Charges have been stayed on the basis of police using tasers or pepper spray where they were not warranted.[1] As well as where excessive force has been used while arresting the accused.[2]

The accused has the onus to show that he was subject of excessive force.[3]

  1. See R v Fryingpan, 2005 ABPC 28 (CanLII), [2005] A.J. No. 102 - tasered during arrest
    R v J.W., 2006 ABPC 216 (CanLII), [2006] A.J. No. 1097
    R v Merrick, 2007 CarswellOnt 3855 (O.C.J.)(*no CanLII links) - stayed for use of taser during arrest
    R v Wiscombe, 2003 BCPC 418 (CanLII), [2003] BCJ No. 2858
    R v Spannier, 1996 CanLII 978 (BC SC), [1996] BCJ No. 2525 (B.C.S.C.) - pepper spray while being put in detention cells
  2. R v Cheddie, [2006] O.J. No. 1585(*no CanLII links) - officer struck and kicked accused during arrest and search
    R v Kemper, [1989] O.J. No. 3310(*no CanLII links)
    R v Gladue (1993), 23 W.C.B. (2d) 342, [1993] A.J. No. 1045(*no CanLII links) - female accused face pushed against wall
    c.f. R v Anderson, 2009 MBQB 121 (CanLII) - stay denied
  3. R v Davis, 2013 ABCA 15 (CanLII)

Invasions of Privacy

It has been successfully argued that a video camera filming an accused in lockup using the toilet is a violation of s. 8 resulting in a stay of proceedings.[1]

  1. R v Mok, 2012 ONCJ 291 (CanLII)


It has applied where police had manufactured false evidence against the accused.[1]

Police cannot report that a confidential informant is anonymous when they know the identity of the person.[2] This type of lie can result in an abuse of process.[3]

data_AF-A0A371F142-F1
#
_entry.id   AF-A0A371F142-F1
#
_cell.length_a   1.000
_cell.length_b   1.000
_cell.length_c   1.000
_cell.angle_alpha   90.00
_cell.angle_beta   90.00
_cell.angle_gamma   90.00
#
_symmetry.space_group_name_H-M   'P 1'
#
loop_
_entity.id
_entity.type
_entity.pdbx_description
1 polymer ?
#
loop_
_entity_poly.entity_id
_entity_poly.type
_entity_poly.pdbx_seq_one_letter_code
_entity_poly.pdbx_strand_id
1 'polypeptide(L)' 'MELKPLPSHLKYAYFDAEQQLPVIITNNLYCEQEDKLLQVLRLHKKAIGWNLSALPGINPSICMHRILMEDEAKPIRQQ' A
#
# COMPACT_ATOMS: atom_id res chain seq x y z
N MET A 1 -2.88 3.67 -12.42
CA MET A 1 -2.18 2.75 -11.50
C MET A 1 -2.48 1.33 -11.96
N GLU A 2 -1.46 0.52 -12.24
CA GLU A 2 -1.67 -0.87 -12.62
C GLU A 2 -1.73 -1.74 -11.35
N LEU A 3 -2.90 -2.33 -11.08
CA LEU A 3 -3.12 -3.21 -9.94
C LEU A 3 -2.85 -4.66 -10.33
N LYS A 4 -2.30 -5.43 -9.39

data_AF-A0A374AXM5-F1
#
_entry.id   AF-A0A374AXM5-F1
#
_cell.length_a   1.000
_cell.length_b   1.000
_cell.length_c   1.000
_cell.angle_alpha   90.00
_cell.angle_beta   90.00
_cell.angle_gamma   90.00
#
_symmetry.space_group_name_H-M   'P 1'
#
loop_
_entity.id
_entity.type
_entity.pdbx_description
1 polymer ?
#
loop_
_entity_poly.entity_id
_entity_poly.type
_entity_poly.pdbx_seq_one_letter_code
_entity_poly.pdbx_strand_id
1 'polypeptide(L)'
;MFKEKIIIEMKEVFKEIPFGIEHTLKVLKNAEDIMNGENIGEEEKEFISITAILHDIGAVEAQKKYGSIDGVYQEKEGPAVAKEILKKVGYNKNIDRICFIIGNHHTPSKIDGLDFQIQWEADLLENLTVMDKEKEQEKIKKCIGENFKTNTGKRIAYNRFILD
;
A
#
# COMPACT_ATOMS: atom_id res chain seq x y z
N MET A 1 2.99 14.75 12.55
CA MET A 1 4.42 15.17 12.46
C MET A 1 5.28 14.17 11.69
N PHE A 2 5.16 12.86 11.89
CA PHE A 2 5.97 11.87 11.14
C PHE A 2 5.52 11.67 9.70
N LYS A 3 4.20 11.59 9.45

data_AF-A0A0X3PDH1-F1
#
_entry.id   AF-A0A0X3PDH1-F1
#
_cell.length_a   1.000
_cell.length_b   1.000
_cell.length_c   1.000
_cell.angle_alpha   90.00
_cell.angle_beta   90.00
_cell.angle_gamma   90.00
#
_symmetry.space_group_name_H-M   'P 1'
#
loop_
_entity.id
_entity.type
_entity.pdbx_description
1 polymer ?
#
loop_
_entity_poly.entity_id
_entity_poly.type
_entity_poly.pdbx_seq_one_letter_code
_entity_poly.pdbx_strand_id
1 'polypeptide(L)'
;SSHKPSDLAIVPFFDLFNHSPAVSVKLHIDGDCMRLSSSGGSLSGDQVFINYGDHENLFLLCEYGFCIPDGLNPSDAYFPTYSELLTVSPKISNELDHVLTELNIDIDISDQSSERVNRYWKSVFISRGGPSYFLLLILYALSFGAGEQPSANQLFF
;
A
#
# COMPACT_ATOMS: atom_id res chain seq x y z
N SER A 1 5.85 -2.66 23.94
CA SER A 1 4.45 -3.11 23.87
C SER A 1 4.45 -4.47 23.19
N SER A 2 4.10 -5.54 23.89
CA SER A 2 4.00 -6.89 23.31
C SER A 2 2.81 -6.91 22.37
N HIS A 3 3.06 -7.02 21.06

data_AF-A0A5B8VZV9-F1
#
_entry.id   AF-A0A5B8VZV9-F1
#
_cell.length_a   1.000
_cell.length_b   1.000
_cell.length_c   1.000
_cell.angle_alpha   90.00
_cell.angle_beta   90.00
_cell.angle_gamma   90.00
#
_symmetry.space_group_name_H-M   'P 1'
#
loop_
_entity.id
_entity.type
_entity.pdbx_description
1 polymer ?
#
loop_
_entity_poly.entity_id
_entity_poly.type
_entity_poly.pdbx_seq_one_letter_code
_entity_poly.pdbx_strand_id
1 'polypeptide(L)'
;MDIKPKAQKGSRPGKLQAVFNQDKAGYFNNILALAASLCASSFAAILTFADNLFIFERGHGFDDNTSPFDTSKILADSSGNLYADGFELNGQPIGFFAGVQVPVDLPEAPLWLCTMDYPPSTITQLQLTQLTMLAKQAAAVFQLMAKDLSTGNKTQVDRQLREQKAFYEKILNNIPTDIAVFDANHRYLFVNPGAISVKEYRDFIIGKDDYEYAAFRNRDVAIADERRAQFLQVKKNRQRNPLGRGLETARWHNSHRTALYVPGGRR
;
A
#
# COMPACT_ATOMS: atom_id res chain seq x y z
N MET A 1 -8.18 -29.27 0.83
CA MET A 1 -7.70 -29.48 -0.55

1. R v Spagnoli and Shore, 2011 ONSC 4843 (CanLII) -- falsified anonymous source information
  2. Spagnoli, ibid.
  3. Spagnoli, ibid.

Arrest and Detention

See Arrest Procedure#Terms of Custody for details on detention procedure.

An accused who is held in custody beyond the 24 hours time limit after arrest without being brought to a justice is arbitrarily detained and charges may be stayed.[1]

For a stay of proceedings due to a breach of s. 9 during detention post-arrest, there must be some connection between the charges and the breach. [2]

  1. e.g. R v Simpson, 1995 CanLII 120 (SCC), [1995] 1 SCR 449
  2. R v Salisbury, 2011 SKQB 153 (CanLII) at para 11 (" It is accepted that there was a breach of s. 9 of the Charter. However, it occurred after the commission of the offences and after the investigation had been completed. There was no connection between the breach and the charges. ")


"Gating" refers to the practice of police to delay the execution of a process of arrest until such a time as the person is scheduled for release, resulting in an extension of their detention.[1]